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A Davenport Boyhood

This is Roald Tweet on Rock Island.

We all agree, don’t we, that civilization is on its last legs? A few more years, at most. Who’s to blame, do you think? The atomic bomb? Women’s liberation? Rock music? McDonald’s? I might have picked one of those had I not come across Harry Hansen’s reminiscence of growing up in Davenport, Iowa a hundred years ago.

I now know the culprit: it’s the exodus from the front porch—where we could see each other across the street as we watched life pass for our inspection—to that ubiquitous construction known as the deck, stuck onto the back of nearly every house whether it fits or not, where we hide from each other while we grill hamburgers.

Harry Hansen became famous as the literary editor of the Chicago Daily News in the 1920s, where he mingled with Carl Sandburg, Sherwood Anderson, and Edgar Lee Masters—a success he ascribed to a boyhood spent peering through the picket fence in front of his Davenport home. Who needed television when, through that picket fence, a boy faced streets that were alive with sights and sounds—horse cars rattling across the intersection, iron-rimmed wagons whose drivers raised their voices in animated conversations, pounding horse hooves raising swirls of dust.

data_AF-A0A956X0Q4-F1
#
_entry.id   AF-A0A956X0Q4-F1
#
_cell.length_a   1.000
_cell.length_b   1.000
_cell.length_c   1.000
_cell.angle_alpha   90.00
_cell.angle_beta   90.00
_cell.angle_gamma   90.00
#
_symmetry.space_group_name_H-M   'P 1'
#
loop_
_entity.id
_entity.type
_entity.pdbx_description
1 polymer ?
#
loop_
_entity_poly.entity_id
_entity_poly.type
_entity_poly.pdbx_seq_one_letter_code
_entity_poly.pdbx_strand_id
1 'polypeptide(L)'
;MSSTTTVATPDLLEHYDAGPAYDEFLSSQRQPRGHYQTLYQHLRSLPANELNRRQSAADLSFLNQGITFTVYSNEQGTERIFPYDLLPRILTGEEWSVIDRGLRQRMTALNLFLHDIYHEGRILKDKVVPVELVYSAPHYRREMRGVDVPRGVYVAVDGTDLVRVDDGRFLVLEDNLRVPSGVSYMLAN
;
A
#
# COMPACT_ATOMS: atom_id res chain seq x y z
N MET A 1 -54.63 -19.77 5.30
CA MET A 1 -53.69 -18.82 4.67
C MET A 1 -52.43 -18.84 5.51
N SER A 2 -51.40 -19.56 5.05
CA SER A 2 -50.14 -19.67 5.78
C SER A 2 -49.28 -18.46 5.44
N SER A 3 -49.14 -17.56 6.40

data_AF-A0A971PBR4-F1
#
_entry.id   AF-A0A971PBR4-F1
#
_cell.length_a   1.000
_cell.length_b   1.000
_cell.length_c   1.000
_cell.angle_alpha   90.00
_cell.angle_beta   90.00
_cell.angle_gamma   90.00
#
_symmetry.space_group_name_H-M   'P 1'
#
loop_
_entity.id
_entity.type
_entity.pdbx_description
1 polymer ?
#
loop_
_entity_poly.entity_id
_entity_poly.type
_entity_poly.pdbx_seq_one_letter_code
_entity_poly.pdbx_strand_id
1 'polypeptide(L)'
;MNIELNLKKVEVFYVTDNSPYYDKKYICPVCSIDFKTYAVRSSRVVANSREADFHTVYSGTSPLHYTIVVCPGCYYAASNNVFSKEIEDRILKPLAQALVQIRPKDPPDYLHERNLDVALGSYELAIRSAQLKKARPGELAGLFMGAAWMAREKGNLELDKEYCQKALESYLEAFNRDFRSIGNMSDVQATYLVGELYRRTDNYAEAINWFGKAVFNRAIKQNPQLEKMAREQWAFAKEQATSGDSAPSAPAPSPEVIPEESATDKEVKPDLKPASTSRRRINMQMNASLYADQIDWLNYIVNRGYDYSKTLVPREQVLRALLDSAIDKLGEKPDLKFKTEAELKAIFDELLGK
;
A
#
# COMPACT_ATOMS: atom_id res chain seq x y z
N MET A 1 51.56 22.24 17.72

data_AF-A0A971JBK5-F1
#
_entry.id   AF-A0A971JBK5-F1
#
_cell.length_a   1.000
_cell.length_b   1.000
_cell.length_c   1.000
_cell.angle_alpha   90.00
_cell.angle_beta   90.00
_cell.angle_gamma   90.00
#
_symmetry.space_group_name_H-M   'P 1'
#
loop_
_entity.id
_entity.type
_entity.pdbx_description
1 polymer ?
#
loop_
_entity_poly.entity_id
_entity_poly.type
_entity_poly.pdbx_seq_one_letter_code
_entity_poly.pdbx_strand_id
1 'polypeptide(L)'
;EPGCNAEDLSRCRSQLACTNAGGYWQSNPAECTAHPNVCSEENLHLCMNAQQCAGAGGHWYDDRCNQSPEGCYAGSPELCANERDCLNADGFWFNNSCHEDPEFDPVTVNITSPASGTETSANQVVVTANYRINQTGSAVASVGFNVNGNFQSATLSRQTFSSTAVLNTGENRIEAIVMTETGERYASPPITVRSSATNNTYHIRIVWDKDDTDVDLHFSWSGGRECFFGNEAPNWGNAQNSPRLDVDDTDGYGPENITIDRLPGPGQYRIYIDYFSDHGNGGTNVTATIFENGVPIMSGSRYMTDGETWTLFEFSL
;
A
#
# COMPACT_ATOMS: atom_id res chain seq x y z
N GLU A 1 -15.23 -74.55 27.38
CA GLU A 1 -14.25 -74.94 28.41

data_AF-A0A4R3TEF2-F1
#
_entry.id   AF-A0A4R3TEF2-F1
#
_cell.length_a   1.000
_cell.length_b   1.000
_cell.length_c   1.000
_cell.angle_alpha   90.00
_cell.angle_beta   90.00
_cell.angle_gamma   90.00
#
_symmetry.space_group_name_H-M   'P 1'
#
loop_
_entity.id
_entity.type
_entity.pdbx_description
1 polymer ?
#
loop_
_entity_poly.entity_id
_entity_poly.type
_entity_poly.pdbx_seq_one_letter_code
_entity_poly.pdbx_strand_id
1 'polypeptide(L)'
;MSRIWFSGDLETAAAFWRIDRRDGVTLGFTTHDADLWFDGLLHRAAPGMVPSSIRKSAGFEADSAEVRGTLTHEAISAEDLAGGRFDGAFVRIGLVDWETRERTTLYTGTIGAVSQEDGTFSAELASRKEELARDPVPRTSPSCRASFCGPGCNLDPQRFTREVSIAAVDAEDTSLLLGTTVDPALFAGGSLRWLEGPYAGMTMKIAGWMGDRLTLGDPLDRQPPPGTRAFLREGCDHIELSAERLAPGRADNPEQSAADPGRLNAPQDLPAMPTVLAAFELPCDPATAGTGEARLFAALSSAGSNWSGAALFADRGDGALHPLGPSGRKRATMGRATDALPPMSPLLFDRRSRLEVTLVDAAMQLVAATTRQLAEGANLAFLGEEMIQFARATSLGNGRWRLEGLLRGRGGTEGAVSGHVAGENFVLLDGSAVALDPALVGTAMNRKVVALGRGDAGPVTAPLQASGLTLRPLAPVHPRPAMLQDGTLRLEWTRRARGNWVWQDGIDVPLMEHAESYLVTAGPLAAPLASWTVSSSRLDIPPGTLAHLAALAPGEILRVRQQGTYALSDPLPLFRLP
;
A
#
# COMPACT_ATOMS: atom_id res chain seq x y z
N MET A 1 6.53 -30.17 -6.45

That was only the beginning. Through that picket fence or from the high front porch, a boy could watch a succession of parades and marches until his ears rang with band music. Everyone took to the streets, where ready-made audiences on front porches waited. Political rallies, lodge events, conventions, civic celebrations, even family picnics called for a march through town. In the evenings, Hansen wrote, Davenport was bright with torchlight parades and with luck, a new march by John Philip Sousa. If a boy watched long enough, all of life paraded before his eyes and ears.

What a difference today, with civilization in its decline—life has deserted the streets, now quiet. Cars are not there to be seen, and in any case, there is no one to watch. Even boys are behind the houses on the decks, with little but garages to look at and a foreboding sense that nothing is about to happen.

Rock Island Lines is underwritten by the Illinois Humanities Council and Illinois Arts Council, a state agency, with additional funding from Humanities Iowa, the Iowa Arts Council, and Augustana College, Rock Island.

Beginning 1995, historian and folklorist Dr. Roald Tweet spun his stories of the Mississippi Valley to a devoted audience on WVIK. Dr. Tweet published three books as well as numerous literary articles and recorded segments of "Rock Island Lines." His inspiration was that "kidney-shaped limestone island plunked down in the middle of the Mississippi River," a logical site for a storyteller like Dr. Tweet.